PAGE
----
him afresh
Frompted to a further effort, he spoke
again. "Patience is necessary with
every person and every circumstance,"
he said. "We've all got to wait and
see."
She did not lower her gaze as he
spoke, and there seemed to him some
thing disconcerting in the clear, candid
blue of her eyes. With a sudden dread
of her next words, he moved forward
and laid his hand beside hers on the
parapet.
"Patience is needed for every one," he
repeated quickly. "Sometimes a man
is like a bit of wreckage. He drifts
till some force stronger than himself
gets in his way and stops him." He
looked again at her face. He scarcely
knew what he was saying. He only
felt that he was a man in an egregious
ly false position, trying stupidly to jus
tify himself. "Don't you believe that
flotsam can sometimes be washed
ashore?" he asked.
High above them Big Ben chimed the
hour.
Eve raised her head. It almost seem
ed to him that he could see her answer
trembling on her fips. Then the voice
of Lady Sarah Fraide came cheerfully
from behind them.
"Eve! sh called "Eve! We must
fly. It's absolutely o'clock!"
mN"theedayswit.3tforndiscretionLodes.
CHAPTER X.
tha followed Fraide'
marked adoptio of him
behaved a that
spoke well his qualities
Many a man placed in the same re
sponsible and yet strangely irresponsi
ble position might have been excused if,
for the time at least, he gave himself
a loose rein. But Loder kept free of
the temptation.
Like all other experiments, his show
ed unlooked for features when put to a
working test. Its expected difficulties
smoothed themselves away, while others,
scarcely anticipated, came into promi
nence. Most notable of all, the physical
likeness between himself and Chilcote,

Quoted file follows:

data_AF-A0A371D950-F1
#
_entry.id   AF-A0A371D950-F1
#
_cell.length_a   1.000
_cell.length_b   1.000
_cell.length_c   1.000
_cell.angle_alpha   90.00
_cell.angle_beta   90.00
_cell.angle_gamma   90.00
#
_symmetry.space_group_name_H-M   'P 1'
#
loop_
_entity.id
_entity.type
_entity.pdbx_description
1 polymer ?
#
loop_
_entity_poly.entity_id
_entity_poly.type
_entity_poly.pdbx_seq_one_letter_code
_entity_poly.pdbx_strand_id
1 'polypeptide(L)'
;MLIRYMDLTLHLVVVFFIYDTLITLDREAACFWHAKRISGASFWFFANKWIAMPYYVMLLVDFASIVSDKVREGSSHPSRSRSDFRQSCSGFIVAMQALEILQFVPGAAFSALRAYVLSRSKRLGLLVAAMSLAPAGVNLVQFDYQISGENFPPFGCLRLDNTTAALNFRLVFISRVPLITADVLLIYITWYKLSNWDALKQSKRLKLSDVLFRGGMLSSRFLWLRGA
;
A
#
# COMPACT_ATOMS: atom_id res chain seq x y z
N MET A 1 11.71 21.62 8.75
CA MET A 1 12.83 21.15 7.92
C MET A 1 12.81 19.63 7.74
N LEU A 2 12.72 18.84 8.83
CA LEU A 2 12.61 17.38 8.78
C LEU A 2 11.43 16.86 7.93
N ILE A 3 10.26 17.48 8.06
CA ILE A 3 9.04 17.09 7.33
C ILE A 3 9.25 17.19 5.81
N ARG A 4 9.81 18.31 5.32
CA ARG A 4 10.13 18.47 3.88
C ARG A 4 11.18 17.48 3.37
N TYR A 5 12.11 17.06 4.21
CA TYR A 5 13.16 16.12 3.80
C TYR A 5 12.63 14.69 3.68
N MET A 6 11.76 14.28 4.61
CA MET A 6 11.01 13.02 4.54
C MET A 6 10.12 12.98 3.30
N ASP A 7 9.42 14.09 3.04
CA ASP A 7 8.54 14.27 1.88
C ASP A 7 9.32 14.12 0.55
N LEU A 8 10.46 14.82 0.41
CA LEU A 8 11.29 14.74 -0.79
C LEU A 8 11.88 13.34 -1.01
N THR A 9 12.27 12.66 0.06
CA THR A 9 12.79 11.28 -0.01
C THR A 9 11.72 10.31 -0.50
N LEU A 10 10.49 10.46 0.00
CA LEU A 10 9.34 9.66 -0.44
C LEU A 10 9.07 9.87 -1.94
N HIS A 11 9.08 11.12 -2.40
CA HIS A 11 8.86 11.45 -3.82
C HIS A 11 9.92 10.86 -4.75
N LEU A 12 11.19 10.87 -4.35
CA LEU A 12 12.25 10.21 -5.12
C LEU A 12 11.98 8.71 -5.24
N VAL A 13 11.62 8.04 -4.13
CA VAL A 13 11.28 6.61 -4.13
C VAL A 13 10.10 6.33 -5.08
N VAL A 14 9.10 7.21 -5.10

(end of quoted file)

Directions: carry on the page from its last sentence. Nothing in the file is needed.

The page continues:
the bedrock of the whole scheme, which
had been counted on to offer most dan
ger, worked without a hitch. He stood
literally amazed before the sweeping
credulity that met him on every hand.
Men who had known Chilcote from his
youth, servants who had been in his
employment for years, joined issue in
the unquestioning acceptance. At times
the ease of deception bewildered him.
There were moments when he realized
that, should circumstances force him to
a declaration of the truth, he would
not be believed. Human nature pre
fers its own eyesight to the testimony
of any man.
But in face of this astonishing suc
cess he steered a steady course. In the
first exhilaration of Fraide's favor, in
the first egotistical wish to break down
Eve's skepticism, he might possibly
have plunged into a vortex of action,
let it be in what direction it might
but, fortunately for himself, for Chil
cote and for their scheme, he was liable
to strenuous second thoughtsthose
wise and necessary curbs that go fur
ther to the steadying of the universe
than the universe guesses. Sitting in
the quiet of the house on the same day
that he had spoken with Eve on the
terrace he had weighed possibilities
slowly and cautiously. Impressed to
the full by the atmosphere of the place
that in his eyes could never lack char
acter, however dull its momentary busi
ness, however prosy the voice that fill
ed it, he had sifted impulse from ex
pedience as only a man who has lived
within himself can sift and distinguish,
and at the close of that first day his
programme had been formed. There
must be no rush, no headlong plunge,
he had decided. Things must work
around. It was his first expedition
into the new country, and it lay with
fate to say whether it would be his
last.
He had been leaning back in his seat,
his eyes on the ministers opposite, his
arms folded in imitation of Chilcote's
most natural attitude, when this final
speculation had come to him, and as it
came his lips had tightened for a mo
ment and his face become hard and
cold. It is an unpleasant thing when
a man first unconsciously reckons on
the weakness of another, and the look
that expresses the idea is not good to
see. He had stirred uneasily, then his
lips had closed again He was tena
cious by nature, and by nature intol
erant of weakness. At the first sug
gestion of reckoning upon Chilcote's
lapses his mind had drawn back in
disgust, but as the thought came again
the disgust had lessened.
In a weektwo weeks, perhapsChil
cote would reclaim his place. Then
would begin the routine of the affair.
Chilcote, fresh from indulgence and
freedom, would find his obligations a
thousand times more irksome than be
fore he would struggle for a time,
then
A shadowy smile had touched Lo
der's lips as the idea formed itself.
Then would come the inevitable re
call then in earnest he might venture
to put his hand to the plow. He never
indulged in day dreams, but something